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What is a Paring Knife Used For?
Think of a paring knife as the culinary equivalent to an artist’s most delicate paintbrush — similar to each gentle brushstroke, with a paring knife is all about the details of food preparation. Precise and nimble, this small blade is up to a lot of tasks around the kitchen.
What are Paring Knives Best Used for?
When it comes to accuracy and precision, let’s face it, even the best chefs on the planet have difficulty with certain cuts and slices. This is especially true if they don’t have the right tools for the job at hand.
When it comes to precise cuts, chopping small food items, and more, a pairing knife comes to the rescue, as the preferred knife among cooks of all skill levels for these types of jobs. Vertoku offers a paring knife in the 5 pieces stainless steel kitchen knives.
Paring Knife Uses
A paring knife is a small-bladed knife that is primarily used for intricate slicing, peeling, coring, and trimming of fruits and vegetables.
A paring knife enables a chef to stay in precise control of detailed work without being concerned about the blade slipping away from their hand or food. They are so controllable that many chefs are able to skip the cutting board altogether, easily manipulating both food items and blade using only their hands. This tactic allows for a close up visual of foods while working with fine cuts and details.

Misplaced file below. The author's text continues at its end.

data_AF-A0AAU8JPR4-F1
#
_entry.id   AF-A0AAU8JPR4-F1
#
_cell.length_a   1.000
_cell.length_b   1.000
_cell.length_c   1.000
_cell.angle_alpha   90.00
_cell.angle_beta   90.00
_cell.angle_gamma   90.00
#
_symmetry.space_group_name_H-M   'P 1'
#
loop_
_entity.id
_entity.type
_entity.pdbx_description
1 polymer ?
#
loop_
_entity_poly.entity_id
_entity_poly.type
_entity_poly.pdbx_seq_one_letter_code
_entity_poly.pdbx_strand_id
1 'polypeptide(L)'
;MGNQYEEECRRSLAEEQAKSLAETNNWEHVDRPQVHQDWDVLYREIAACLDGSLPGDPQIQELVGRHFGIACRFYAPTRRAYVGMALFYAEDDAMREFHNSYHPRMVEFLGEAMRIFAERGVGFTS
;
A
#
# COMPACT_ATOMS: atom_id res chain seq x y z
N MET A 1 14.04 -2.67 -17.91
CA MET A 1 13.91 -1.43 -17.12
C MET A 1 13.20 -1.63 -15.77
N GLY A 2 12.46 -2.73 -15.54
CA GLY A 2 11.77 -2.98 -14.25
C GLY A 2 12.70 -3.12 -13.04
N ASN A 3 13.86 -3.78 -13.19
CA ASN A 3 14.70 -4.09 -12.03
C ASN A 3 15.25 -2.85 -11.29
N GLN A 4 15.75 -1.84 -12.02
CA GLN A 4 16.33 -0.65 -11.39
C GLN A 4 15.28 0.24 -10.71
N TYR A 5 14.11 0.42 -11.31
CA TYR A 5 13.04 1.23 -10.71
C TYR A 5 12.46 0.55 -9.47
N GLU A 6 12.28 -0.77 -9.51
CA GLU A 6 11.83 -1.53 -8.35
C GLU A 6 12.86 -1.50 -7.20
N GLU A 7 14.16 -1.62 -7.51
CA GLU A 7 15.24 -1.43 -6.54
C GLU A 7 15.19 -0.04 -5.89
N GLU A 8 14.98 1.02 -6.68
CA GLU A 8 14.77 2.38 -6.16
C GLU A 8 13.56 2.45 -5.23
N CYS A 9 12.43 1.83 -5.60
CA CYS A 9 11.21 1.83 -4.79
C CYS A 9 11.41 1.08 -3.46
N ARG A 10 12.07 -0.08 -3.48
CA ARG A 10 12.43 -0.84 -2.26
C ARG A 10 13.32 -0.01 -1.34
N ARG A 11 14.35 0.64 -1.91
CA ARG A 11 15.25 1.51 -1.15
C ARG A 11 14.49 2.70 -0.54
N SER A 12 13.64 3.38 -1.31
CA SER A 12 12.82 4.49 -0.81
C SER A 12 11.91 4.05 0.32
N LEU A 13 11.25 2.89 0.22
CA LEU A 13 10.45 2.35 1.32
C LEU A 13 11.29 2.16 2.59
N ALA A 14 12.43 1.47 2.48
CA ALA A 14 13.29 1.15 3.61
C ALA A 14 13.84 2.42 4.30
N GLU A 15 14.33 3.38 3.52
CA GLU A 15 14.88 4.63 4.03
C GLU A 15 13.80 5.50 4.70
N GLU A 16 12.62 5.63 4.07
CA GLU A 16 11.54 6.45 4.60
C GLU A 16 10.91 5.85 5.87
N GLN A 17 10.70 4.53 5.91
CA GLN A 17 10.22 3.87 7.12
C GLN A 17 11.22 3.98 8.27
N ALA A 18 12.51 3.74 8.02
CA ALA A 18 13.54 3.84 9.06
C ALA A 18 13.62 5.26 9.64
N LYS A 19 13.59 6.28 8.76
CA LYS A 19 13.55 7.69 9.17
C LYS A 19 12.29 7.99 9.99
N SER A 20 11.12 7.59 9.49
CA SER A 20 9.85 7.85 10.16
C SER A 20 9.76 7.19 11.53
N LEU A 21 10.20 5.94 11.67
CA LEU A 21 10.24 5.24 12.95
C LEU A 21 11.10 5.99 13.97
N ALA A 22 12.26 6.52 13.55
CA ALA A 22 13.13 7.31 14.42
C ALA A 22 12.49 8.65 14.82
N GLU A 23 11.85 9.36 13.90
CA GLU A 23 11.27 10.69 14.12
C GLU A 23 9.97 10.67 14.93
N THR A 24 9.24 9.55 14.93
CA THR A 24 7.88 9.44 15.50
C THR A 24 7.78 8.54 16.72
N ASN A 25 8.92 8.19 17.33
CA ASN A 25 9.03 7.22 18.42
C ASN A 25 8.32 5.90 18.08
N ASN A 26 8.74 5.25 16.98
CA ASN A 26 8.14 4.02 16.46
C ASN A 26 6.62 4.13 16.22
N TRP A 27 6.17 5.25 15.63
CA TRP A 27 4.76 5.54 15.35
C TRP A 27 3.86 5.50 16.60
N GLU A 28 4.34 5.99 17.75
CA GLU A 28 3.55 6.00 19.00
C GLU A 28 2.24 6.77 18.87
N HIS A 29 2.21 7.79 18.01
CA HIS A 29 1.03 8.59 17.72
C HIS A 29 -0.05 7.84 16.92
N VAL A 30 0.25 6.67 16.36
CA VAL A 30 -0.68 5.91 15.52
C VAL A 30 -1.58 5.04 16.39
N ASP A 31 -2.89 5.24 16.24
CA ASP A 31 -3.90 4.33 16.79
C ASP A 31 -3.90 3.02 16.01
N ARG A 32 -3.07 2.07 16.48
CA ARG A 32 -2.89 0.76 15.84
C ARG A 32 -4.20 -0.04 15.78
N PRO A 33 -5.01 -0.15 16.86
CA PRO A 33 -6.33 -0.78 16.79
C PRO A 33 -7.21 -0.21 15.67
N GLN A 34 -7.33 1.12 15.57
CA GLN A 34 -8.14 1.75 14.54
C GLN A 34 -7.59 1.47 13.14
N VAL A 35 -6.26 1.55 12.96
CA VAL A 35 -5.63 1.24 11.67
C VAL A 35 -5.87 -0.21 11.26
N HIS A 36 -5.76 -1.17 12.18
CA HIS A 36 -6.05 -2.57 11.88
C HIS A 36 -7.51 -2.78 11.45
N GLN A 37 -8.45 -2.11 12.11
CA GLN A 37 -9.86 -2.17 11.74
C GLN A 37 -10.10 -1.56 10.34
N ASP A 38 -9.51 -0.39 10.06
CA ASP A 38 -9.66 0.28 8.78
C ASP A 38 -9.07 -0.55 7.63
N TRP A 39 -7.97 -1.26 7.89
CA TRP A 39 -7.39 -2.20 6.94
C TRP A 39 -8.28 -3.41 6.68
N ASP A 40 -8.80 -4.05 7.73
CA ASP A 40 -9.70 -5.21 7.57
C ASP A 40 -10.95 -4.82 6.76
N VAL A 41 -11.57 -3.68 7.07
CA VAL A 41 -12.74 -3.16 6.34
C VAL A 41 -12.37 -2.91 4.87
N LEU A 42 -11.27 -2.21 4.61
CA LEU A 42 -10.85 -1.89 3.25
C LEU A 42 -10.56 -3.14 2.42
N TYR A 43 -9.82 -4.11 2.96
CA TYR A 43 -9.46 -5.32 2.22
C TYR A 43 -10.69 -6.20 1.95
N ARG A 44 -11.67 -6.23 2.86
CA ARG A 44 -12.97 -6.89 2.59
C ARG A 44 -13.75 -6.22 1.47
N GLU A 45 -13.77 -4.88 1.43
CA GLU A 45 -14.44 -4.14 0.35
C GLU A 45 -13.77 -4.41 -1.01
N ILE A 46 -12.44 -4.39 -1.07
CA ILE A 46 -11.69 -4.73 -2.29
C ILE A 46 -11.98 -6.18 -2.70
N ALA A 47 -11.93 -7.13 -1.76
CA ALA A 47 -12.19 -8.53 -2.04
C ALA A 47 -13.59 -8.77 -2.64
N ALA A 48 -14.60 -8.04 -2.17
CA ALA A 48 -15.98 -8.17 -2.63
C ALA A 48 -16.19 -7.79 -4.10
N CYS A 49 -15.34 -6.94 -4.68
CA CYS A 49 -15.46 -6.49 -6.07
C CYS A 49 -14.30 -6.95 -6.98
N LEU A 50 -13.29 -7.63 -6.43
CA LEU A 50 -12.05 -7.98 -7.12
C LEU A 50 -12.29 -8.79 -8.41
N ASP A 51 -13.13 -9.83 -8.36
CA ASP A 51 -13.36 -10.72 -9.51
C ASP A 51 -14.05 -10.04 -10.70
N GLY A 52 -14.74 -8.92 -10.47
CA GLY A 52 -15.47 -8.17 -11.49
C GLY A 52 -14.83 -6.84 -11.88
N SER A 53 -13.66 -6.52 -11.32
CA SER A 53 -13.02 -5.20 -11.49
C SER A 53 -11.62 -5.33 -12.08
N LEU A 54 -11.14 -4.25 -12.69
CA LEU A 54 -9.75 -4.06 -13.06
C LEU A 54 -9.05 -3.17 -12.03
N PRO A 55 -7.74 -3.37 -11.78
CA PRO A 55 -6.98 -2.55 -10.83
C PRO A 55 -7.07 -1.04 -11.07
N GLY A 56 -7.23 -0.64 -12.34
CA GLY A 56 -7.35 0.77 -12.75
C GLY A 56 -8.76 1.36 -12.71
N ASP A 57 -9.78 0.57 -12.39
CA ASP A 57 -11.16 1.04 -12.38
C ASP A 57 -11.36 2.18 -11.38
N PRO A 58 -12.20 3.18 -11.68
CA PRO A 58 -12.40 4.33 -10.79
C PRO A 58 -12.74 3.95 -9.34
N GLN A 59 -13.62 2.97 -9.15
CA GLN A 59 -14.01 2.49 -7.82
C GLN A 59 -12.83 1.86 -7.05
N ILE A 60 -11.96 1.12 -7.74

Generally speaking, the blade of a paring knife ranges from 2.5 to 4 inches in length, and as sharp as it is precise.
Main Uses of a Paring Knife:
How to Properly Hold and Handle a Paring Knife
Unlike other knives, the most important aspect of a paring knife is it’s handle. A paring knife is selected for control and accuracy, much of which can be attributed to the knife’s ability to be precisely manipulated. That level of perfection is in large part a result of it’s ergonomic non-slip handle.
It is important to consider a balanced weight and size of the handle and blade. An evenly balanced blade to handle ratio makes use of the blade seem like an extension of your own hand, seamlessly and smoothly gliding in the requisite directions needed.
Grip the handle firmly but not too tight, wrapping your middle, ring and pinky fingers securely around the handle. Position your thumb to the side of the uppermost part of the handle (bolster) where the spine of the blade meets the grip. This improves control and balance. Next, place your index finger on the spine of the handle, improving the ease of slicing, peeling, and coring.
How NOT to Use Your Paring Knife
Because paring knives were designed to handle very specific tasks, it is important that you stay away from trying to use this knife as a common chef's knife. Doing so puts you at risk of potential injury, and the knife at risk of damage.
STAY AWAY FROM
- Carving, deboning, slicing meat
- Hard fruits and veggies such as watermelon, pumpkin, squash, carrots, cantaloupe.
- Slicing bread
OTHER HELPFUL INFO
- Keep out of the dishwasher — hand wash only
- Keep your knife dry — wet knives lead to rust, mold, and dullness
- Always cover your knives when storing them
- Avoid scooping — don’t use this knife to scoop up chopped veggies into your hand from the cutting board
- Do not use a knife immediately after sharpening — microscopic metal bits will get into your food
Now that You Know What Paring Knives are Used for, What’s Next?
If you haven’t’ yet added a paring knife to your kitchen cupboard, consider checking out Vertoku’s line of professional chef knives that look as stunning as they perform. You won’t be disappointed with these impressively engineered, forged, high-quality steel blades, offering a blend of precision, balance and durability that can’t be beaten.